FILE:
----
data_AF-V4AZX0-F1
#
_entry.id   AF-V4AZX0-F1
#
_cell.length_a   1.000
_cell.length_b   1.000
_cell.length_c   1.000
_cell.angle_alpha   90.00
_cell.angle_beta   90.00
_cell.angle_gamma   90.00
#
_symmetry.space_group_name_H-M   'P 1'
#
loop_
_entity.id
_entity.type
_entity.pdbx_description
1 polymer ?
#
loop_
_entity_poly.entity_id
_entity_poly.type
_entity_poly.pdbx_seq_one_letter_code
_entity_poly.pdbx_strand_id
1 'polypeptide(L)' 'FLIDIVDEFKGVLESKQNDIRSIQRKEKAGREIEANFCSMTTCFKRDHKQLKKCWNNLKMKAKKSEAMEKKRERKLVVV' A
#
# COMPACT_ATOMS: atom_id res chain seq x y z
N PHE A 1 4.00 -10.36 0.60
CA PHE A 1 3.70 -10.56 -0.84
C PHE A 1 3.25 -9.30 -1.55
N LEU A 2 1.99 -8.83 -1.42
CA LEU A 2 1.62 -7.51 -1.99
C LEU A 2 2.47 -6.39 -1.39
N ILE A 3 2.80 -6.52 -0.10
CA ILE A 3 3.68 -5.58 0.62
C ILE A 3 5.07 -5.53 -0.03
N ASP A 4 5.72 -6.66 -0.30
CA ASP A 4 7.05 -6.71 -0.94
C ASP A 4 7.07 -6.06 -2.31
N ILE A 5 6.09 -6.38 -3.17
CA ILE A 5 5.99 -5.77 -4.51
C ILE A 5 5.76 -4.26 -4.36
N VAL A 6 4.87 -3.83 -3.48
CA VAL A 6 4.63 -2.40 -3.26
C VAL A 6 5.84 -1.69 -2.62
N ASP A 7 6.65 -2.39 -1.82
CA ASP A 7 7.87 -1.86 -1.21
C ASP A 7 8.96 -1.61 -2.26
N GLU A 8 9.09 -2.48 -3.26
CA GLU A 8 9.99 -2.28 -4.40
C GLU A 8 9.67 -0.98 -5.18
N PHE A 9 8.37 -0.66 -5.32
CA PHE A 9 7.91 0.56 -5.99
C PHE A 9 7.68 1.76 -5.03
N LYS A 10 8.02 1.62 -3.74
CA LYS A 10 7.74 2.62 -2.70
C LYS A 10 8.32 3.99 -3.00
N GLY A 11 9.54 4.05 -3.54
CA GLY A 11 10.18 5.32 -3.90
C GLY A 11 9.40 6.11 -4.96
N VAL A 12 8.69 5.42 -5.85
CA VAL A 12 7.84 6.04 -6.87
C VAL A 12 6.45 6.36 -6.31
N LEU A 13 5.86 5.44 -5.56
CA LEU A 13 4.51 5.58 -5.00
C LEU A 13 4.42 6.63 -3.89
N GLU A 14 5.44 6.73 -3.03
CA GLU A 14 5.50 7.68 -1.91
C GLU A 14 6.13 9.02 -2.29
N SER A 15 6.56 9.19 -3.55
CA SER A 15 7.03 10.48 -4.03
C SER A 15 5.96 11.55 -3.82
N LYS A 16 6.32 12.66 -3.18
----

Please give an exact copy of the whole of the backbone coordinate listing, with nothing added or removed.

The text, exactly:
data_AF-V4AZX0-F1
#
_entry.id   AF-V4AZX0-F1
#
_cell.length_a   1.000
_cell.length_b   1.000
_cell.length_c   1.000
_cell.angle_alpha   90.00
_cell.angle_beta   90.00
_cell.angle_gamma   90.00
#
_symmetry.space_group_name_H-M   'P 1'
#
loop_
_entity.id
_entity.type
_entity.pdbx_description
1 polymer ?
#
loop_
_entity_poly.entity_id
_entity_poly.type
_entity_poly.pdbx_seq_one_letter_code
_entity_poly.pdbx_strand_id
1 'polypeptide(L)' 'FLIDIVDEFKGVLESKQNDIRSIQRKEKAGREIEANFCSMTTCFKRDHKQLKKCWNNLKMKAKKSEAMEKKRERKLVVV' A
#
# COMPACT_ATOMS: atom_id res chain seq x y z
N PHE A 1 4.00 -10.36 0.60
CA PHE A 1 3.70 -10.56 -0.84
C PHE A 1 3.25 -9.30 -1.55
N LEU A 2 1.99 -8.83 -1.42
CA LEU A 2 1.62 -7.51 -1.99
C LEU A 2 2.47 -6.39 -1.39
N ILE A 3 2.80 -6.52 -0.10
CA ILE A 3 3.68 -5.58 0.62
C ILE A 3 5.07 -5.53 -0.03
N ASP A 4 5.72 -6.66 -0.30
CA ASP A 4 7.05 -6.71 -0.94
C ASP A 4 7.07 -6.06 -2.31
N ILE A 5 6.09 -6.38 -3.17
CA ILE A 5 5.99 -5.77 -4.51
C ILE A 5 5.76 -4.26 -4.36
N VAL A 6 4.87 -3.83 -3.48
CA VAL A 6 4.63 -2.40 -3.26
C VAL A 6 5.84 -1.69 -2.62
N ASP A 7 6.65 -2.39 -1.82
CA ASP A 7 7.87 -1.86 -1.21
C ASP A 7 8.96 -1.61 -2.26
N GLU A 8 9.09 -2.48 -3.26
CA GLU A 8 9.99 -2.28 -4.40
C GLU A 8 9.67 -0.98 -5.18
N PHE A 9 8.37 -0.66 -5.32
CA PHE A 9 7.91 0.56 -5.99
C PHE A 9 7.68 1.76 -5.03
N LYS A 10 8.02 1.62 -3.74
CA LYS A 10 7.74 2.62 -2.70
C LYS A 10 8.32 3.99 -3.00
N GLY A 11 9.54 4.05 -3.54
CA GLY A 11 10.18 5.32 -3.90
C GLY A 11 9.40 6.11 -4.96
N VAL A 12 8.69 5.42 -5.85
CA VAL A 12 7.84 6.04 -6.87
C VAL A 12 6.45 6.36 -6.31
N LEU A 13 5.86 5.44 -5.56
CA LEU A 13 4.51 5.58 -5.00
C LEU A 13 4.42 6.63 -3.89
N GLU A 14 5.44 6.73 -3.03
CA GLU A 14 5.50 7.68 -1.91
C GLU A 14 6.13 9.02 -2.29
N SER A 15 6.56 9.19 -3.55
CA SER A 15 7.03 10.48 -4.03
C SER A 15 5.96 11.55 -3.82
N LYS A 16 6.32 12.66 -3.18